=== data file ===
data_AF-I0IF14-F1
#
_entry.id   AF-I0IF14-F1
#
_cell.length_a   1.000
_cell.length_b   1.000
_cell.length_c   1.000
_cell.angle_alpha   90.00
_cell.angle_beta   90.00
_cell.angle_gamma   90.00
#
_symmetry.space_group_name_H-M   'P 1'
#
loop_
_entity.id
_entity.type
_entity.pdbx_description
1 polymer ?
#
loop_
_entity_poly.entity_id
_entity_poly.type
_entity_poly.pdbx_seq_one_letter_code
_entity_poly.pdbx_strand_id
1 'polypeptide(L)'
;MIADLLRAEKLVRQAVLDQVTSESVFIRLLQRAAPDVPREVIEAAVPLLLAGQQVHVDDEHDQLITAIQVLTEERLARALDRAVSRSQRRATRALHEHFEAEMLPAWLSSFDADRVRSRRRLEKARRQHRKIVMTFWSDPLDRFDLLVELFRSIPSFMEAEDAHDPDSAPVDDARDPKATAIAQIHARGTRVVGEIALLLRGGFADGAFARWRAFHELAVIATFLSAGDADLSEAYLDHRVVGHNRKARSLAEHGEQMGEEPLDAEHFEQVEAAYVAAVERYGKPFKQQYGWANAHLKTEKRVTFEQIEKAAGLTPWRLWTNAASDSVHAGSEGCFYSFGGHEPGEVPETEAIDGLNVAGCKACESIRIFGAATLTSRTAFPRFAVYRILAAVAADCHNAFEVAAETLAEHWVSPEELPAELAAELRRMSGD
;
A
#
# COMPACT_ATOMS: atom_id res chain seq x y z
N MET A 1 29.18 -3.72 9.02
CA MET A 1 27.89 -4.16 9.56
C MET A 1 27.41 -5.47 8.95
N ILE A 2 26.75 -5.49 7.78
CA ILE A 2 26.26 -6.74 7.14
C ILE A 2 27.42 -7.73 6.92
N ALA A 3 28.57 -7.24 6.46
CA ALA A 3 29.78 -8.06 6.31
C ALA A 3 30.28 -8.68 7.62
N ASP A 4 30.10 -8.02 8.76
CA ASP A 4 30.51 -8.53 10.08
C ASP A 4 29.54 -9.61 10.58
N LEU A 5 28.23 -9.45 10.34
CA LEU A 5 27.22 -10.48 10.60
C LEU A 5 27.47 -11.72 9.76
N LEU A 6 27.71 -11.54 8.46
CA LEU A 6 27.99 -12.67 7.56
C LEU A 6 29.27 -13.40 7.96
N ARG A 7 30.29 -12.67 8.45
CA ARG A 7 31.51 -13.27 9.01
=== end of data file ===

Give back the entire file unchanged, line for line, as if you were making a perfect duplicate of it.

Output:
data_AF-I0IF14-F1
#
_entry.id   AF-I0IF14-F1
#
_cell.length_a   1.000
_cell.length_b   1.000
_cell.length_c   1.000
_cell.angle_alpha   90.00
_cell.angle_beta   90.00
_cell.angle_gamma   90.00
#
_symmetry.space_group_name_H-M   'P 1'
#
loop_
_entity.id
_entity.type
_entity.pdbx_description
1 polymer ?
#
loop_
_entity_poly.entity_id
_entity_poly.type
_entity_poly.pdbx_seq_one_letter_code
_entity_poly.pdbx_strand_id
1 'polypeptide(L)'
;MIADLLRAEKLVRQAVLDQVTSESVFIRLLQRAAPDVPREVIEAAVPLLLAGQQVHVDDEHDQLITAIQVLTEERLARALDRAVSRSQRRATRALHEHFEAEMLPAWLSSFDADRVRSRRRLEKARRQHRKIVMTFWSDPLDRFDLLVELFRSIPSFMEAEDAHDPDSAPVDDARDPKATAIAQIHARGTRVVGEIALLLRGGFADGAFARWRAFHELAVIATFLSAGDADLSEAYLDHRVVGHNRKARSLAEHGEQMGEEPLDAEHFEQVEAAYVAAVERYGKPFKQQYGWANAHLKTEKRVTFEQIEKAAGLTPWRLWTNAASDSVHAGSEGCFYSFGGHEPGEVPETEAIDGLNVAGCKACESIRIFGAATLTSRTAFPRFAVYRILAAVAADCHNAFEVAAETLAEHWVSPEELPAELAAELRRMSGD
;
A
#
# COMPACT_ATOMS: atom_id res chain seq x y z
N MET A 1 29.18 -3.72 9.02
CA MET A 1 27.89 -4.16 9.56
C MET A 1 27.41 -5.47 8.95
N ILE A 2 26.75 -5.49 7.78
CA ILE A 2 26.26 -6.74 7.14
C ILE A 2 27.42 -7.73 6.92
N ALA A 3 28.57 -7.24 6.46
CA ALA A 3 29.78 -8.06 6.31
C ALA A 3 30.28 -8.68 7.62
N ASP A 4 30.10 -8.02 8.76
CA ASP A 4 30.51 -8.53 10.08
C ASP A 4 29.54 -9.61 10.58
N LEU A 5 28.23 -9.45 10.34
CA LEU A 5 27.22 -10.48 10.60
C LEU A 5 27.47 -11.72 9.76
N LEU A 6 27.71 -11.54 8.46
CA LEU A 6 27.99 -12.67 7.56
C LEU A 6 29.27 -13.40 7.96
N ARG A 7 30.29 -12.67 8.45
CA ARG A 7 31.51 -13.27 9.01